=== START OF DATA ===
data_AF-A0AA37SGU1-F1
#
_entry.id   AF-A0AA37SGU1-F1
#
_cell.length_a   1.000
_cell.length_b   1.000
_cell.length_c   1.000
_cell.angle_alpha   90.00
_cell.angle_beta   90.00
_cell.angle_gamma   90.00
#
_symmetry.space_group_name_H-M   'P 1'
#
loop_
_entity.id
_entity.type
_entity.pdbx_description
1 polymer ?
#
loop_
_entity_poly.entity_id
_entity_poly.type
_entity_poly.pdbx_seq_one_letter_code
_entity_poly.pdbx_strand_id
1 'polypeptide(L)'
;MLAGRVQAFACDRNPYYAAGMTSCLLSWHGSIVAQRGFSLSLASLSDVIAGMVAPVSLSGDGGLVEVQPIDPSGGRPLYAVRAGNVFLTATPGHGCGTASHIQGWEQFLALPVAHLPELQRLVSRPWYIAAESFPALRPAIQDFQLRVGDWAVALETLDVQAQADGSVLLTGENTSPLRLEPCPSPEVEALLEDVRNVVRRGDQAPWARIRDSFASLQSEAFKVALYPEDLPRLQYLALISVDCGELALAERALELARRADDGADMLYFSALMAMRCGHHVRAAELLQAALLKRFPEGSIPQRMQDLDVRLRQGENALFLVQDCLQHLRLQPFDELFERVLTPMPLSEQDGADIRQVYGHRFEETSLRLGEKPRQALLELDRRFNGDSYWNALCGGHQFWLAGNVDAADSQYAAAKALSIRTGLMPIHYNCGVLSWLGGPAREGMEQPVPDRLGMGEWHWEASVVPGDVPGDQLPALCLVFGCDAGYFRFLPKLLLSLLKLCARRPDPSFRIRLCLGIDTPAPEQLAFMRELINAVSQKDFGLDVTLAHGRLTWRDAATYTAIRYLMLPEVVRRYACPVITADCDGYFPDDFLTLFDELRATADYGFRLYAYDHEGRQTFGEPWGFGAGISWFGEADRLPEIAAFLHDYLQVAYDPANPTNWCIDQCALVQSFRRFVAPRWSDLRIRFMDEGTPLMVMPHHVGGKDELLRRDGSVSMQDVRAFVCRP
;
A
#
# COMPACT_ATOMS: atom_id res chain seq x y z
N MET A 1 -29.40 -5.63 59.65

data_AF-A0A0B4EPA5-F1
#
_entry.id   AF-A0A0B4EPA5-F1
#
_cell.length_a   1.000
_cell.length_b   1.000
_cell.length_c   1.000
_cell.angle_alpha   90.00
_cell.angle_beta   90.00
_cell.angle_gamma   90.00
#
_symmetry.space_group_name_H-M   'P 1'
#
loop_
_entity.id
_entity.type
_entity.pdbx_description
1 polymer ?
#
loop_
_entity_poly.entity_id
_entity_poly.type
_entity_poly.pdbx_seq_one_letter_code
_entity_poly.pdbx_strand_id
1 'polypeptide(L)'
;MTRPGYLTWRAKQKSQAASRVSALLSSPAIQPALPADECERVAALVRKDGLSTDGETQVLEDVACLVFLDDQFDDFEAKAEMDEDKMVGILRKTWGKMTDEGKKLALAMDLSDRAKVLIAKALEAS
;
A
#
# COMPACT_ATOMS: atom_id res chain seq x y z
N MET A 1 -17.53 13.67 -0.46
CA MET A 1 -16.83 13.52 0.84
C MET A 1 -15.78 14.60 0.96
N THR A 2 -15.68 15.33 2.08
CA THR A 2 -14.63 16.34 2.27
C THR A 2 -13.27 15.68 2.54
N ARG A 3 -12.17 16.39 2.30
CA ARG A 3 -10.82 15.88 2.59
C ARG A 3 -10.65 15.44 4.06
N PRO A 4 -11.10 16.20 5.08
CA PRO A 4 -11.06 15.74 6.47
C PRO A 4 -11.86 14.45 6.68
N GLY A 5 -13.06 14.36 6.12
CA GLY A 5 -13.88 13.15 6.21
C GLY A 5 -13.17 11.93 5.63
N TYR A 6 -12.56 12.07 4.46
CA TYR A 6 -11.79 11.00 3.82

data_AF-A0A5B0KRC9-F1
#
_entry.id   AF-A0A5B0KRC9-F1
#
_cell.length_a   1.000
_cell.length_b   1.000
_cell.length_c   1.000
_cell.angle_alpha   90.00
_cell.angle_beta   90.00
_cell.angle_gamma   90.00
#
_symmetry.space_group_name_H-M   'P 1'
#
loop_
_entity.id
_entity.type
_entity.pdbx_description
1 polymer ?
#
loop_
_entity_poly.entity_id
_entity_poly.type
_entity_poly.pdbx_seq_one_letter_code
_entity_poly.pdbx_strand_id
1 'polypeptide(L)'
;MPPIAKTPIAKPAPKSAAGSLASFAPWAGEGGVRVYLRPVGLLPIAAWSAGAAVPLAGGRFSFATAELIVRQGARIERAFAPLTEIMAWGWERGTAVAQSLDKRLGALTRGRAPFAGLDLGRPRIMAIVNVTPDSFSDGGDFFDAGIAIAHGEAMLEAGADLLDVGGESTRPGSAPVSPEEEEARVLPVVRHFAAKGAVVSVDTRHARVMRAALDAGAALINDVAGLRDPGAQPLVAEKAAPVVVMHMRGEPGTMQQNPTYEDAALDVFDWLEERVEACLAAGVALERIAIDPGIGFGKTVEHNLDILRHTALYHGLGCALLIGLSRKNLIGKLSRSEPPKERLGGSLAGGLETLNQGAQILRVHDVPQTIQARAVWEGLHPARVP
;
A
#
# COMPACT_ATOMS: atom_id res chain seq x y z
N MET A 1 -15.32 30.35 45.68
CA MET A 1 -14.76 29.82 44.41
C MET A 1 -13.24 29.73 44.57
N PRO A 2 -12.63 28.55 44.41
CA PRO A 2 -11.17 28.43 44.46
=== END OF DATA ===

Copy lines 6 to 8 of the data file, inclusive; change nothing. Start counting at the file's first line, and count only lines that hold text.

_cell.length_b   1.000
_cell.length_c   1.000
_cell.angle_alpha   90.00